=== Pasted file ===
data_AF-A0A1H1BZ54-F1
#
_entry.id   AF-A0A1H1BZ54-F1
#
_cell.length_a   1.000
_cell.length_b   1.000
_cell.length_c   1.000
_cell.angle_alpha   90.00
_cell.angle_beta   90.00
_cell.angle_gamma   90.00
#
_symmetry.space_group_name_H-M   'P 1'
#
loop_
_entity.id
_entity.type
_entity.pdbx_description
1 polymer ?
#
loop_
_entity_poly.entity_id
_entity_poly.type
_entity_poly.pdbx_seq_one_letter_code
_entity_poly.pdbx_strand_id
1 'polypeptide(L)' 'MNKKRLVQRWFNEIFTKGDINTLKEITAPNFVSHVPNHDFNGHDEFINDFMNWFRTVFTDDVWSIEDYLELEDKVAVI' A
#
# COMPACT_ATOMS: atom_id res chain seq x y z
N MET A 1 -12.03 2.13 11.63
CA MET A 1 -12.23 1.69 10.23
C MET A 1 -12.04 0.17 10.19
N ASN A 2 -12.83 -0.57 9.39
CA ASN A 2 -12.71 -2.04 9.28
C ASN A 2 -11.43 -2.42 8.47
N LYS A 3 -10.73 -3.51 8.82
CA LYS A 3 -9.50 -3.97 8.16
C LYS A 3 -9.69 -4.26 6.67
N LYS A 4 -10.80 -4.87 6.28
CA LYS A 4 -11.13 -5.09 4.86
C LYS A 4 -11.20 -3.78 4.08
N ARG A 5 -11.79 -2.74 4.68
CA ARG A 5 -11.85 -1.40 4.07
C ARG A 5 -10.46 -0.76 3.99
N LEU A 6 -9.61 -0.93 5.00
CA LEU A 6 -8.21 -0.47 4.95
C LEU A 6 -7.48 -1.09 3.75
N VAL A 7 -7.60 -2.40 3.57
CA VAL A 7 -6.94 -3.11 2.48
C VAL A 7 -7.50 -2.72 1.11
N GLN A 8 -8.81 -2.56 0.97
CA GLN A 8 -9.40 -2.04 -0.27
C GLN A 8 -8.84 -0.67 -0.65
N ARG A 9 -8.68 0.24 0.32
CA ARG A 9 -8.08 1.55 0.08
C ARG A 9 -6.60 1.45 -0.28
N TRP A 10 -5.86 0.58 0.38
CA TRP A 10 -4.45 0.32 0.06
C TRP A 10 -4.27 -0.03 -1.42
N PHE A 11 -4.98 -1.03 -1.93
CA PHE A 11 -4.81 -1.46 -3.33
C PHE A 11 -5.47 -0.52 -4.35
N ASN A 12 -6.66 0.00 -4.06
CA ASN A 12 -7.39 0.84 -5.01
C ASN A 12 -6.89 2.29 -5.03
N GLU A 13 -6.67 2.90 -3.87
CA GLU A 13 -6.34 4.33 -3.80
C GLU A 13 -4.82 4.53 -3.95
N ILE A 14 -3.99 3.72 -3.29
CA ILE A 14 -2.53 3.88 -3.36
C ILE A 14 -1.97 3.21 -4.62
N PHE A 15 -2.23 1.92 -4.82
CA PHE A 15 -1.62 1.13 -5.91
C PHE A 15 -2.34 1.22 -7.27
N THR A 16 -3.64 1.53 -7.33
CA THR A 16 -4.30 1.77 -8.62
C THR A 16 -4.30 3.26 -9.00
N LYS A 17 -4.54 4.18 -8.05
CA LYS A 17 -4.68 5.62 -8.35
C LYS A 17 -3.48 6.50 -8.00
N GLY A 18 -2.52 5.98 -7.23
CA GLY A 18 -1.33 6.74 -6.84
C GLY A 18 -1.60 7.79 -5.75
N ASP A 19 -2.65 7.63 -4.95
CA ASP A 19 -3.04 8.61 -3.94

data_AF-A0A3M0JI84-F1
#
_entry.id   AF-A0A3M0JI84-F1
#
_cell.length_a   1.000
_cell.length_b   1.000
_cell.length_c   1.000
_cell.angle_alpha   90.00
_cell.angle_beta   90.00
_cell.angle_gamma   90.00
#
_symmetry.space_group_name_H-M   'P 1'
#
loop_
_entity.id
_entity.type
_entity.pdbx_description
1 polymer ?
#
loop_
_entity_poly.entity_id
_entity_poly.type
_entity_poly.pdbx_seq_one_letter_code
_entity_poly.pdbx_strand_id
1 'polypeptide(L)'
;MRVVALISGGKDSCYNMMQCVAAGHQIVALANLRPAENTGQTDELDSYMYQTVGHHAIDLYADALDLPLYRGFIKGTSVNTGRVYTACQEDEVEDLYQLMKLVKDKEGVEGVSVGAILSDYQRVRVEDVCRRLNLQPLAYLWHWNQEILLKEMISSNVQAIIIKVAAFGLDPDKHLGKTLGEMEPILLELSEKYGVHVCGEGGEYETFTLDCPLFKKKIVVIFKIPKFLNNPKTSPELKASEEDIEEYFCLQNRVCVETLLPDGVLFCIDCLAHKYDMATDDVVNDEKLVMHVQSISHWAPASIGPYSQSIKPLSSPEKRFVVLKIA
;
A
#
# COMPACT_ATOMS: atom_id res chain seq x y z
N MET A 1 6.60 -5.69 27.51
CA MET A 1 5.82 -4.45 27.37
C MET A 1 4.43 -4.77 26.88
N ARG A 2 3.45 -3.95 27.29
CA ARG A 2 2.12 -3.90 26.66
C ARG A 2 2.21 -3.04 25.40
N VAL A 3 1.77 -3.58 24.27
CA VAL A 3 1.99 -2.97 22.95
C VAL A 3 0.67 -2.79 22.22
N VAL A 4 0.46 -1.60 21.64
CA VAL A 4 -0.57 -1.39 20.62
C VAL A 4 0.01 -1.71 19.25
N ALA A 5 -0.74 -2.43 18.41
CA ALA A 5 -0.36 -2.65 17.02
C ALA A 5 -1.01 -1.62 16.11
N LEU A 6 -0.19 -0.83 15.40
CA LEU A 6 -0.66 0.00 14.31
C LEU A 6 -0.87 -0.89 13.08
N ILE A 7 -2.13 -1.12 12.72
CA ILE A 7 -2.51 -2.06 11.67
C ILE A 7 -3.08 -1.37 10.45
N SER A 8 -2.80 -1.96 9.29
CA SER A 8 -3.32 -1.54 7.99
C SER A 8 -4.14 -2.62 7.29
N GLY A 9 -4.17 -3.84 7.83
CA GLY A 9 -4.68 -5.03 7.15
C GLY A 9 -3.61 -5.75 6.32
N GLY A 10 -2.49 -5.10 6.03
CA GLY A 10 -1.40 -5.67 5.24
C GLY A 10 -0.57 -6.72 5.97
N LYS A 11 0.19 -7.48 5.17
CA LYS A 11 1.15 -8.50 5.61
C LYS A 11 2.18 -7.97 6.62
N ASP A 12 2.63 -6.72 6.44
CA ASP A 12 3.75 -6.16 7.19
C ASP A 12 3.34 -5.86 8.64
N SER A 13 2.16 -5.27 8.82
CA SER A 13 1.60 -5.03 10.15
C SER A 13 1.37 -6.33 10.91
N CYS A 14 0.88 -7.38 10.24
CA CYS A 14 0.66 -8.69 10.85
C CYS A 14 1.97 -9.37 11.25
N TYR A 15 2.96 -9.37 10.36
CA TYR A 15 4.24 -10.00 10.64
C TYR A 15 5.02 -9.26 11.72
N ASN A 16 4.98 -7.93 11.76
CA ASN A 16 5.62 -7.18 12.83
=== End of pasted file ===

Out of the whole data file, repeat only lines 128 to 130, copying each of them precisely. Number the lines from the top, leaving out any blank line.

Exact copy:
C ALA A 5 -1.01 -1.62 16.11
N LEU A 6 -0.19 -0.83 15.40
CA LEU A 6 -0.66 0.00 14.31